The remaining two words also don’t pose any problem at all. “Remain - to continue unchanged” – Yes, because the New Testament canon remain or continue to be unchanged until now with precisely the same books as in 382 A.D. Does anyone dispute this? Mr. Soliman is clearly nursing a non-issue. “Settle - to establish or secure permanently” – Readers may check the wide range of meanings of “settle” here None of the definitions raise any threat to my position. The first definition of “settle” in the list is “to place so as to stay.” The 27 New Testament Books – from the Gospel of Matthew to the Book of Revelations – were placed precisely in the New Testament and so it stays today.
Tsk, tsk, tsk. Better luck next time, Gerry.
Moving on …
According to Mr. Gerry Soliman, that due to the “lack of evidence” during the first 300 years of the Church, I made the amazing excuse thatthe Book of Revelation has not yet been accepted into the canon in the early centuries of the Church. How could there possibly be an interpretation of the woman in Revelation 12 as Mary when the very inclusion of the Book of Revelation into the canon was itself being debated!” Thus said, Mr. Soliman argued, “Granting that there was no final canon before the 4th century, is Atty. Llasos telling here no one believes that the Book of Revelations were inspired?”This is a red-herring. I never said or ever claimed that no single individual at that time believed that the Book of Revelations was inspired. And Mr. Gerry Soliman is very much aware of that because he candidly admitted: “I'm sure he doesn't mean that.” If that is so, why raise the issue in the first place? Gerry Soliman doesn’t make any sense here!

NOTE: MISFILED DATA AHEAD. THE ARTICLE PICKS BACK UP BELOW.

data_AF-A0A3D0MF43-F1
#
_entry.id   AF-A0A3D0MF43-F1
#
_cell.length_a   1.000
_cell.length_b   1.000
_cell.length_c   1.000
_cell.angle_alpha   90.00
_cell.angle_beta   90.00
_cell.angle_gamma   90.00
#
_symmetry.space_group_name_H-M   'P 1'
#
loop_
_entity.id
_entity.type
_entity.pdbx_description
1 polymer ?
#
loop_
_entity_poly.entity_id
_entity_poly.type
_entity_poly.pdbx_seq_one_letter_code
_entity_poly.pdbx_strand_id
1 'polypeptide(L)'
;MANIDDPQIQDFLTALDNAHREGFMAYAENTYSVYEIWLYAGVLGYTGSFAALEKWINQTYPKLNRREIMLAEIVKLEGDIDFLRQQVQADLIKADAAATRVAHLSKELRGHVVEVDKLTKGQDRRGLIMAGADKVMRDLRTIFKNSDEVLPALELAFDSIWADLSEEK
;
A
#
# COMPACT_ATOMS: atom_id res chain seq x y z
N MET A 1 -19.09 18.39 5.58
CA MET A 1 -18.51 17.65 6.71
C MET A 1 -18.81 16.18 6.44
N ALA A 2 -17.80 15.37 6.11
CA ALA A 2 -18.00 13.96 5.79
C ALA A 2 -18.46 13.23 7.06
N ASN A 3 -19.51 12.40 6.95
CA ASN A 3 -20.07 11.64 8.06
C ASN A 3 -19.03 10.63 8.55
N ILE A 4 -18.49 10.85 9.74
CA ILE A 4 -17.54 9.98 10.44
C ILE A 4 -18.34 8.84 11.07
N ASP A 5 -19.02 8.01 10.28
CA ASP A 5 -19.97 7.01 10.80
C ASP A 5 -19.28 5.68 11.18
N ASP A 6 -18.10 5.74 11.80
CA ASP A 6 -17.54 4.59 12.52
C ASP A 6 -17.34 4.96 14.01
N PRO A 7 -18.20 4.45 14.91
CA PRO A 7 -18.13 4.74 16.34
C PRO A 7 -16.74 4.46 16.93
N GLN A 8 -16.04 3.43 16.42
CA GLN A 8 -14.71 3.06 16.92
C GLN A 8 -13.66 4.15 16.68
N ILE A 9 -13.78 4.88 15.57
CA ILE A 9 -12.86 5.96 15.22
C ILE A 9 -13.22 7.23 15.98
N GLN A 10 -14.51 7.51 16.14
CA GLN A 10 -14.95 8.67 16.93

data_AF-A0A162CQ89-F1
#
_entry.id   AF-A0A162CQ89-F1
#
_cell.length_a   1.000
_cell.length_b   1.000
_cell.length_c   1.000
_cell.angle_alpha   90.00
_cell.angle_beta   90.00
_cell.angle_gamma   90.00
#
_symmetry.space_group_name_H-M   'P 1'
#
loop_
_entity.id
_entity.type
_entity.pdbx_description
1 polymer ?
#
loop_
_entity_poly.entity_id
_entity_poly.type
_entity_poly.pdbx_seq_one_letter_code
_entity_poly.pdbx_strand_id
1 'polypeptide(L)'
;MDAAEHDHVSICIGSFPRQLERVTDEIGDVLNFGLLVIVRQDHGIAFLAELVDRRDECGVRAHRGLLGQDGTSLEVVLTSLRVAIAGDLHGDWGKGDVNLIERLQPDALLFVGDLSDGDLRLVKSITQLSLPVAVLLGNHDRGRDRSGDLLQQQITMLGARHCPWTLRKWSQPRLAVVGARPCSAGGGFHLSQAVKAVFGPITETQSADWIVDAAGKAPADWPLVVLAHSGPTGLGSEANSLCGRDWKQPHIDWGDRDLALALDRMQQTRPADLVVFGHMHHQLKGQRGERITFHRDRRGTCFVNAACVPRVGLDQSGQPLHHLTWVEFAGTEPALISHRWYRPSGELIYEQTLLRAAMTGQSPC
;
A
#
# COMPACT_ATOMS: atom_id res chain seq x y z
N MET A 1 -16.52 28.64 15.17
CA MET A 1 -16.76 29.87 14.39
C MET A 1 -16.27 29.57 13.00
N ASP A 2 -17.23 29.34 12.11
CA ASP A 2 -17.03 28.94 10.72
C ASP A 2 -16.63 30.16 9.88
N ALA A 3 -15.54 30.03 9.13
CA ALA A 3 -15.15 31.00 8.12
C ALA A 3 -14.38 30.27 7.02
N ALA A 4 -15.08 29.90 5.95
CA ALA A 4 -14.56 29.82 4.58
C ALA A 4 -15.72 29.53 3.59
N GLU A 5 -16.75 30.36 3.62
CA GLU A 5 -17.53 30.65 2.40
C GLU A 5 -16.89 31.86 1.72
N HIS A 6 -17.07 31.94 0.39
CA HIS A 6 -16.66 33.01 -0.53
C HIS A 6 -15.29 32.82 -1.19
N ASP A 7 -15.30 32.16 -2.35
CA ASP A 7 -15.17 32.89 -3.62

He continued, “Whatever happened to the so-called infallible church?”Excuse me, what has infallibility of the Church got to do with this? The problem with Mr. Soliman is that he is throwing “infallibility” here and there without really understanding what we actually mean by it. To prove that Mr. Soliman is in the dark when it comes to the meaning of “infallibility,” here is his own question: “Is there no infallible bishop who is able to recognize the writings of the apostle John after 70AD?”
Mr. Gerry Soliman is barking at the wrong tree. He is shadow-boxing with an invisible opponent. As is his wont, Gerry Soliman is debunking something that we don’t teach. Where in Catholic teaching does it say that an individual bishop, save the Bishop of Rome, is infallible? We don’t teach that an individual bishop is infallible. So, Mr. Soliman’s question is senseless.
But, were there bishops who recognized the writings of the apostle John after 70 A.D.? If Gerry made his homework thoroughly, he would have not asked that. With a little research, he would have easily ascertained that there were bishops who recognized the writings of John, especially the Book of Revelation, after 70 A.D. They were Athanasius, Bishop of Alexandria (b. 296) andIrenaeus, Bishop of Lyons (b. 130). Aside from Bishops, there were others who recognized the Book of Revelation. They were Origen (b. 185) and, if Mr. Soliman checked his own evangelical apologetics sources, the following:
A. Justin Martyr (150 AD) refers and quotes Revelation 20: